Full disclosure

Weighing your corporation’s obligations after an attack

Brian Krebs
3 March 2014

3 min read

You’ve been hacked, your systems are back in your control – and now the real work begins. What are your legal obligations if your company is publicly traded? How do you balance the need for full disclosure with the need to survive? Be prepared for some of the toughest decisions of your career.

If your organization has been hacked, the bad news is just beginning. You may also have a legal responsibility to notify shareholders, customers and regulatory authorities, risking damage to your corporate reputation – though being caught in a cover-up could be even more costly.

Publicly traded companies in the United States, for example, must report material breaches to the US Securities and Exchange Commission. The European Union’s new data-breachnotification regulation, meanwhile, requires telecommunications and Internet service providers to report a data breach to authorities within 24 hours of its discovery; if consumers’ personal data is involved, affected individuals must be alerted “without undue delay.” Japan, meanwhile, has steep fines for companies that fail to disclose breaches. In Latin America, Brazil is considering a data-breachnotification statute that also would require all customer data to be stored within the nation’s borders.


Becky Pinkard, director of security operations at Pearson, PLC, a London-based publishing firm, said most EU observers believe regulators are pushing toward an EU-wide data-breach-notification law. The EU also has proposed a more comprehensive framework called the Network and Information Security (NIS) directive. The NIS has established multiple groups of corporate-sponsored and private members to work toward adoption, Pinkard said.

“You are most likely to see databreach notifications in the EU where companies fall under regulatory review and face the threat of fines for non-compliance,” Pinkard said. “In my experience in speaking with other info-security professionals, companies not under this gun are not reporting any data-breach information.”

Japan already has strict data-breachdisclosure laws with steep penalties for violators, said Hendrik Adrian, CEO of KLJTech Co. Ltd., a Tokyo-based security filter appliance maker. “Unhappy individuals or entities can report it to the government and make a case in court,” Adrian said. “This is practically a 100% win case for the reporters; and while the hacker can be punished three years maximum and fined about US$10,000, the unhappy victims can claim damages as big as they want.”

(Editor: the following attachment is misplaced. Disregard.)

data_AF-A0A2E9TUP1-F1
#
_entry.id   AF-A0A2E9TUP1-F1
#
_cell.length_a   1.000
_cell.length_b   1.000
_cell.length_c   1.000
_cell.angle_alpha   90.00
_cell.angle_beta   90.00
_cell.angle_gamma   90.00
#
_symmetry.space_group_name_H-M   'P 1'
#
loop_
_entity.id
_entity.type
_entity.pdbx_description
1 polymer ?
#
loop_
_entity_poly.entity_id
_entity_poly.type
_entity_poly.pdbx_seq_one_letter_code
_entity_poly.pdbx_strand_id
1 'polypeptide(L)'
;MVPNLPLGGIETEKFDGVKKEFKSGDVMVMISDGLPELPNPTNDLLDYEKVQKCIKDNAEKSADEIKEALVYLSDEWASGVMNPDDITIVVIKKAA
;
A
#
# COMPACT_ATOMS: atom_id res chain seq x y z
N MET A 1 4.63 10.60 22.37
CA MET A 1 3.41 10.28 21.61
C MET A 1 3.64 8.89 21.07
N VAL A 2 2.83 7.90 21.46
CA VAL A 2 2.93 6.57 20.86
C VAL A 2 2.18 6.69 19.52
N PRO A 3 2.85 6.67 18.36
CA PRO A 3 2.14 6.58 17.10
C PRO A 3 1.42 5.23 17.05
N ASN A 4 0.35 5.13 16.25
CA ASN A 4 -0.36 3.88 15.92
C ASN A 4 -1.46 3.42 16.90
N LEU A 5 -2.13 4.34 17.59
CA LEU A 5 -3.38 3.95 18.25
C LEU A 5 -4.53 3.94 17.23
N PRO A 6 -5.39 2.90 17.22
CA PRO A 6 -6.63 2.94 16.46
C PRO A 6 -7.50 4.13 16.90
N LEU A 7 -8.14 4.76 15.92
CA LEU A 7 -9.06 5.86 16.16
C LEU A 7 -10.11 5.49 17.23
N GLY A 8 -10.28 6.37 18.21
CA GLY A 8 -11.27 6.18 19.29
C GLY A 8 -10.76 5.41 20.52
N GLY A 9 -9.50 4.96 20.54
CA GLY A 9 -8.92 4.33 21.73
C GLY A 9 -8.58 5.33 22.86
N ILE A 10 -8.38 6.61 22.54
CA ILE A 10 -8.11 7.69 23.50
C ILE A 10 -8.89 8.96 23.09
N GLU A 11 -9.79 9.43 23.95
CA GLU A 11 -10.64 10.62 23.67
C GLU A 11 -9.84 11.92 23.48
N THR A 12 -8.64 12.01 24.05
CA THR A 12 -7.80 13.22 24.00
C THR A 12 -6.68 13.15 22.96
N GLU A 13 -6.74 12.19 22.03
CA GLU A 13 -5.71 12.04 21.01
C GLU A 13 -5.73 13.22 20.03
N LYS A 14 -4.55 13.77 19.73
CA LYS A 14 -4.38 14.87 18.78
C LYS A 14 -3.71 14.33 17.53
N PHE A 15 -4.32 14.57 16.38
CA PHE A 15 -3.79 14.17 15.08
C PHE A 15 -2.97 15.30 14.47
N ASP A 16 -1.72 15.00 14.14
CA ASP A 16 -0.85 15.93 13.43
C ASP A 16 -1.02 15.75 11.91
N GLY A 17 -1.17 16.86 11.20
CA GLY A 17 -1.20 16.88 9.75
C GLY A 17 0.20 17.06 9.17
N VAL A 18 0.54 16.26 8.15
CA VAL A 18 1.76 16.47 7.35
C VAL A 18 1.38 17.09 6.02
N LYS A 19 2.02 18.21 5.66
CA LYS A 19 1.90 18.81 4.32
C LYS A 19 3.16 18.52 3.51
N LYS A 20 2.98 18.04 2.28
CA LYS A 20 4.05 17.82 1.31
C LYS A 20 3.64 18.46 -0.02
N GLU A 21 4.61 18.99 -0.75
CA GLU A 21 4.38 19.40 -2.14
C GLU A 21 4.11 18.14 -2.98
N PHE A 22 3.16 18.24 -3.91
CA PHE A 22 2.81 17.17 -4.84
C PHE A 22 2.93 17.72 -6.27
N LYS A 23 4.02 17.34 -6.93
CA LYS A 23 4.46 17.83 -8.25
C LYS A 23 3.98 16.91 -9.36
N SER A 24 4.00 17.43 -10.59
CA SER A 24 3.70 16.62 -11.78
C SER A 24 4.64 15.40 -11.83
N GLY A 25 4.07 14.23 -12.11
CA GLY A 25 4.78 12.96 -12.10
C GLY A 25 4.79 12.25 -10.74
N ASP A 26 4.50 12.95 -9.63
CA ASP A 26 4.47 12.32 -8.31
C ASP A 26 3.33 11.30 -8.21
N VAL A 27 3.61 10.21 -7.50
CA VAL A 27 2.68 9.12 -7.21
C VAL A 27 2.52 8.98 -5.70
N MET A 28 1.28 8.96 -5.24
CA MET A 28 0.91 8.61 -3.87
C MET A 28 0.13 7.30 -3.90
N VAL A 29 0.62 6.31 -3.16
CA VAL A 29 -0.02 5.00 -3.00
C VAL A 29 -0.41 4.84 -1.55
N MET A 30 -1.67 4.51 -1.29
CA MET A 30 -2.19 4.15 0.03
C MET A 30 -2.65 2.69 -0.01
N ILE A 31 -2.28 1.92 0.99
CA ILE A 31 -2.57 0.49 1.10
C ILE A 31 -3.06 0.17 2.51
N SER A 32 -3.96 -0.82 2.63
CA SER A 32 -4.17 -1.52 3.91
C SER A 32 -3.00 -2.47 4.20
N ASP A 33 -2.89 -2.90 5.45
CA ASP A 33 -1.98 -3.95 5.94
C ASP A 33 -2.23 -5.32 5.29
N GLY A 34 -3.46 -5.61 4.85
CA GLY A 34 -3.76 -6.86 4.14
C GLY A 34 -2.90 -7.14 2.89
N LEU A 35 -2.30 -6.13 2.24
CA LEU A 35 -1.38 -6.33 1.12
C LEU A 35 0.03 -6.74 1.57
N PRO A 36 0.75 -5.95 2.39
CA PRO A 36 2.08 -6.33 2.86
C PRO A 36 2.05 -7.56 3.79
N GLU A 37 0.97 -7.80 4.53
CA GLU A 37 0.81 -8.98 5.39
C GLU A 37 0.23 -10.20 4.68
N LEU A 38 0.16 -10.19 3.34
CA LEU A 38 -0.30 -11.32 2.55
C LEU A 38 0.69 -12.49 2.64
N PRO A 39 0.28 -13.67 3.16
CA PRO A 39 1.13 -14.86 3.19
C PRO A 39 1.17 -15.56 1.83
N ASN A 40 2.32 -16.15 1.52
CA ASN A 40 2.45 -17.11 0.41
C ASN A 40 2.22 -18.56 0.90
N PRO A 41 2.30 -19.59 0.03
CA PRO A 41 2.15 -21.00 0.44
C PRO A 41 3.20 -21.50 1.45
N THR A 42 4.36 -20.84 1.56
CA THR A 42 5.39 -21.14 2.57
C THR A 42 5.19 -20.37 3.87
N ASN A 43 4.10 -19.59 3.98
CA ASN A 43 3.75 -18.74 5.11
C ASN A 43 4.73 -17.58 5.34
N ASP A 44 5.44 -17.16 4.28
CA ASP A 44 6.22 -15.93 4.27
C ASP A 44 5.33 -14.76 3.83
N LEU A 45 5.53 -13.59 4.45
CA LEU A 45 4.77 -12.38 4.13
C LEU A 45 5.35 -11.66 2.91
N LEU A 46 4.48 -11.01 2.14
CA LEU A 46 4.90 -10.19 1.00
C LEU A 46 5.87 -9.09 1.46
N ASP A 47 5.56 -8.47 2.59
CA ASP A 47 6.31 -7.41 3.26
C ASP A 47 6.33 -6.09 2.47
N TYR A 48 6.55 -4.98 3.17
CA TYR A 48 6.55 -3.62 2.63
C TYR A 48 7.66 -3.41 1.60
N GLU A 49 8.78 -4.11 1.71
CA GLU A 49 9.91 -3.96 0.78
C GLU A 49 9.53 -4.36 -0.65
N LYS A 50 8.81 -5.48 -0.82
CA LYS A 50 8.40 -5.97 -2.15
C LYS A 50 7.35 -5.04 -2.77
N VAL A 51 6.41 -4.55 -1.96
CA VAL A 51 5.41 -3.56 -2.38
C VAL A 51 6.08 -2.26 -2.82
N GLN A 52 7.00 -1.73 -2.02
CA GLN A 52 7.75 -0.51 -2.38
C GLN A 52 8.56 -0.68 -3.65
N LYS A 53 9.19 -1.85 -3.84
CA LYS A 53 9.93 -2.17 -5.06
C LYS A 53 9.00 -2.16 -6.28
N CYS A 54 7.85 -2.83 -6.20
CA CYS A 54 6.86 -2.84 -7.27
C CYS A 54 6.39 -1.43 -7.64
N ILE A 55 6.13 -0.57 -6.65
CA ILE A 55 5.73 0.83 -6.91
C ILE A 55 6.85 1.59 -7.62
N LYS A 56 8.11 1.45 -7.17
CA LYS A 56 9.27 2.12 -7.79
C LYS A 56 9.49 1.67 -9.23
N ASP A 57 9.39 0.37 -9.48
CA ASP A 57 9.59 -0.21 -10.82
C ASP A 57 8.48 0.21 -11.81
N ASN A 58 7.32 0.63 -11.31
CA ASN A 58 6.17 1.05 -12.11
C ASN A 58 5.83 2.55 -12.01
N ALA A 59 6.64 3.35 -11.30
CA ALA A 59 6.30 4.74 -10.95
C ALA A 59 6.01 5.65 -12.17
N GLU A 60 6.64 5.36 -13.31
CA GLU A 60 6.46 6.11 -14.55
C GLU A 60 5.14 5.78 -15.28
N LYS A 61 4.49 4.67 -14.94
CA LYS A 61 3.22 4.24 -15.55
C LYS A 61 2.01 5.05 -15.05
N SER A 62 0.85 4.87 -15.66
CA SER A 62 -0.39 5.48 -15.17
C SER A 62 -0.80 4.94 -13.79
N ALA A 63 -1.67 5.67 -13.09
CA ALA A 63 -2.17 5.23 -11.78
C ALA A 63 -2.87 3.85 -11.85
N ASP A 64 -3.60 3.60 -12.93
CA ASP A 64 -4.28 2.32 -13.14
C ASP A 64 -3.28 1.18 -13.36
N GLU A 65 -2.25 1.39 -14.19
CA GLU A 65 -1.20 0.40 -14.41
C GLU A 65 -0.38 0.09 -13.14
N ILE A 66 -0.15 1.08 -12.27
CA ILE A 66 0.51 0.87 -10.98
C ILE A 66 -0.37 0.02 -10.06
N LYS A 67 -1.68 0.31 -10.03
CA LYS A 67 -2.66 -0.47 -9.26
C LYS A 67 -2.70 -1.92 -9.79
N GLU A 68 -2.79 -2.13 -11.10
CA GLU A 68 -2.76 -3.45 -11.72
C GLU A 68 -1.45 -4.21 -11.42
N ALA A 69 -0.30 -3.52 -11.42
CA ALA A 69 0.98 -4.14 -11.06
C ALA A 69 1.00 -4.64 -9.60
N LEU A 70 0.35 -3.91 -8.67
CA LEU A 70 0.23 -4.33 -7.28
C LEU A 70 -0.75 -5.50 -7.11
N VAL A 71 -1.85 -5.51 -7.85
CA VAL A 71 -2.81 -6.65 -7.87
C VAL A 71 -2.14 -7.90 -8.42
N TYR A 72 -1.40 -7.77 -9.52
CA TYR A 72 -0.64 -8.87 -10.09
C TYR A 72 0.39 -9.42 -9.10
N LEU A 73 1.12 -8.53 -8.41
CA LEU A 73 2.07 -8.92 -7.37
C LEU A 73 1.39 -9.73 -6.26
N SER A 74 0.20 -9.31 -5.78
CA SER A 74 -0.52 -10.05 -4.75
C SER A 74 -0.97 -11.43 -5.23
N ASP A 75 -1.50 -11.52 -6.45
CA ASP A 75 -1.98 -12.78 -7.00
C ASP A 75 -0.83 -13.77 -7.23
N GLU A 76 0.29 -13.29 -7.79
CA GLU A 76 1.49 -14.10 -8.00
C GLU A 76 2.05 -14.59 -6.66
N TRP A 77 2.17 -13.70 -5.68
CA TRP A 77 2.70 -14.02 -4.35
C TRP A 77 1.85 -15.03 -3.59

Among Latin American nations, Brazil appears to be taking the lead in establishing the groundwork for a national data-breach-notification law, said William Beer, managing director of cybersecurity at the Brazil offices of Alvarez & Marsal, a business advisory firm.

“This proposal is creating a lot of concern, not just for the data-breach-notification provisions, but also because it would require companies operating in Brazil to keep the data about Brazilian citizens only in Brazil,” Beer said. “It looks like it has a good chance of passage, but it will be interesting to see if there will be any enforcement.”


Legal repercussions aren’t the only risk to companies that hide breaches, however; public opinion can be far harsher, said Wim Remes, managing consultant at IoActive, a global security services provider with offices in Europe and the Americas. “Not a single party will forgive you for a boilerplate letter or manufactured video response,” Remes said.

Still, few breached companies report incidents when they occur, said Kevin Lawrence, senior security associate at Stach & Liu, a security consultancy based in Phoenix, Arizona (USA). “There are usually ways to logically reason why a company is not obligated to notify,” Lawrence said. “Numerous companies are compromised every day and don’t disclose simply to avoid negative public perception.”

In February 2013 a Waltham, Massachusetts (USA)-based security firm, Bit9, disclosed that its networks had been breached in a multi-stage attack designed to compromise customers that rely on Bit9’s antimalware software.

Bit9 immediately alerted law enforcement to the breach, and then hired an outside forensics team to lead the investigation. The company chose to notify customers not just because it was the right thing to do, but to protect itself down the road.

“From a legal perspective it’s important because you never know where the investigation will lead,” said Harry Sverdlove, Bit9’s chief technology officer. “If it leads to an insider or lawsuit situation, having outside investigators becomes legally important and it’s a lot harder to challenge their findings – particularly when the outside team ensures that everything is done with evidentiary rules of handling in place.”

Sverdlove advises companies not to focus on the potential risks of disclosure. “I would say that almost always the benefits of sharing intelligence, and full disclosure to the customer and the public, outweighs the negative reaction that a breach can cause,” he said. ◆

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